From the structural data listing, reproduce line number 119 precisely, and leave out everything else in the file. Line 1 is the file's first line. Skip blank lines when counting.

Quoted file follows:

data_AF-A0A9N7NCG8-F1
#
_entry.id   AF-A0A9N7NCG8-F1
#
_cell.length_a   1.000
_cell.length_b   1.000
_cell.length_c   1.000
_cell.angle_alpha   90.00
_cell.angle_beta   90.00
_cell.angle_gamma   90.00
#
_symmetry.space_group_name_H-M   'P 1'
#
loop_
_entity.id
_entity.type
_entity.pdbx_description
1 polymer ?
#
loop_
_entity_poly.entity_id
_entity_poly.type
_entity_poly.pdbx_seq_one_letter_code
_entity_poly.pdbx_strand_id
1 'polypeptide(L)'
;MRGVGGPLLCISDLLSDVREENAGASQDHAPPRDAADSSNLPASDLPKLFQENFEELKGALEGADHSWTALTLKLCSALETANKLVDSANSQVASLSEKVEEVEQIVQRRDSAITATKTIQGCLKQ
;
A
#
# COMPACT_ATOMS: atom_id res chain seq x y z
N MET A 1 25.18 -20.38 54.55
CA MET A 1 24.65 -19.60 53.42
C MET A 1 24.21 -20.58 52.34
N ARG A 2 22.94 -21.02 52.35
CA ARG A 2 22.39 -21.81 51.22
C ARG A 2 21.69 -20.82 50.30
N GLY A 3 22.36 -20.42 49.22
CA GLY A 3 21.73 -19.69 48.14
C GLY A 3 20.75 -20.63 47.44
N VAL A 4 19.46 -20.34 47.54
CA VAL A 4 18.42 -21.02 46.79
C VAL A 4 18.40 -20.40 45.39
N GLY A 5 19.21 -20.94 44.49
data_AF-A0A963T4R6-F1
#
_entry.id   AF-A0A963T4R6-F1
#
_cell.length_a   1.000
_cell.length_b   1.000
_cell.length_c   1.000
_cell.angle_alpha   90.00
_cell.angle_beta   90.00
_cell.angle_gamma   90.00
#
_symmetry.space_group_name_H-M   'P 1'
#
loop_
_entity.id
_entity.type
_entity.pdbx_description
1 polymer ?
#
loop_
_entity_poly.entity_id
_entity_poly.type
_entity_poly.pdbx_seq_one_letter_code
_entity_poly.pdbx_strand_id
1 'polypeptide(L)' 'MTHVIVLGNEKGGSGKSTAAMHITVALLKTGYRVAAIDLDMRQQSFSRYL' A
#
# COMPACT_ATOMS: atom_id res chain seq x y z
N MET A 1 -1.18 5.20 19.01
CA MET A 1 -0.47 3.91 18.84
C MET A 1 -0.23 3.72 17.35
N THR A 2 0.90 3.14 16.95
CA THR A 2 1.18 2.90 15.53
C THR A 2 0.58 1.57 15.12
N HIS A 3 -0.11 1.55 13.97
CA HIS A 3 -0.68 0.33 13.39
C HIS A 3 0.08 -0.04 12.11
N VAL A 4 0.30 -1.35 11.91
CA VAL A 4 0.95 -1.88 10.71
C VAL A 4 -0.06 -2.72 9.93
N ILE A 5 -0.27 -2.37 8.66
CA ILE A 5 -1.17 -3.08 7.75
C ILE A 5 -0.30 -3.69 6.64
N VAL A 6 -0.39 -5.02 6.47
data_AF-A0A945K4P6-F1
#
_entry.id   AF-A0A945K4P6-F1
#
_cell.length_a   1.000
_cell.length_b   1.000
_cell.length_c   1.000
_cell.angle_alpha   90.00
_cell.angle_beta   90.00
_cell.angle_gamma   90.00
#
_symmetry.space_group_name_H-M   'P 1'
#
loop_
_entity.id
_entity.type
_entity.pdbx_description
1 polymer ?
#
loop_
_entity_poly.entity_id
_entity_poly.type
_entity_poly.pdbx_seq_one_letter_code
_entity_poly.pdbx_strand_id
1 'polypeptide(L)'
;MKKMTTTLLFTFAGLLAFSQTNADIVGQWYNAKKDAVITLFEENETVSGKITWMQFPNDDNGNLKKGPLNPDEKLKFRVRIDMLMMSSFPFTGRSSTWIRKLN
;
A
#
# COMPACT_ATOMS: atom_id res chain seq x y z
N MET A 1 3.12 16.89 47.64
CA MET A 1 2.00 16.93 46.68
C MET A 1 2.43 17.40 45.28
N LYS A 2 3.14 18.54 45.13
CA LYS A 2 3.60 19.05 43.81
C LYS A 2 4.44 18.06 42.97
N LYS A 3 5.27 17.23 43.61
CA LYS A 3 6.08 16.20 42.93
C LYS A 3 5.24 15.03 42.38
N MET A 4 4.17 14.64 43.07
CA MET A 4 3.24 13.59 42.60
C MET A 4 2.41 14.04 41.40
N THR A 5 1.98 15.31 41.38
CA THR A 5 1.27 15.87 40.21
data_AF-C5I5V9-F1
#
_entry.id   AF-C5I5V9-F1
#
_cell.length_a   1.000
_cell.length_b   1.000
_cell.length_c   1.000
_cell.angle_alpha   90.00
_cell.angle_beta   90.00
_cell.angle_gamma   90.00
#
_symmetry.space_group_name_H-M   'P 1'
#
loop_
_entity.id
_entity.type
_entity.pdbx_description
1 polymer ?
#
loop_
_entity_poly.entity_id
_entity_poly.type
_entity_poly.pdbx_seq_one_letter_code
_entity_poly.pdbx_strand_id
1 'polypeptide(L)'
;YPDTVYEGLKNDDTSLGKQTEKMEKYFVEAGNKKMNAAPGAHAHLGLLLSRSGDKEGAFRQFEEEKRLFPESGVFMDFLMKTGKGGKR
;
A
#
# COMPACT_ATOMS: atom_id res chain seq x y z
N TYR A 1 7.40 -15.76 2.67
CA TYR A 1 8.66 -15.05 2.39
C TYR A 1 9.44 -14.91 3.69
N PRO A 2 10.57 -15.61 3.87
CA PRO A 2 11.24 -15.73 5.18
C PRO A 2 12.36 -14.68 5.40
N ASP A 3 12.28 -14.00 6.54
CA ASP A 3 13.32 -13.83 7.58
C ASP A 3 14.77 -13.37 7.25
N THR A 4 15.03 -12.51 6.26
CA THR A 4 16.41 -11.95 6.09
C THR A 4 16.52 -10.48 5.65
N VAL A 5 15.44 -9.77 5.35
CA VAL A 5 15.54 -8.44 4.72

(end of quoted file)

C MET A 1 2.43 17.40 45.28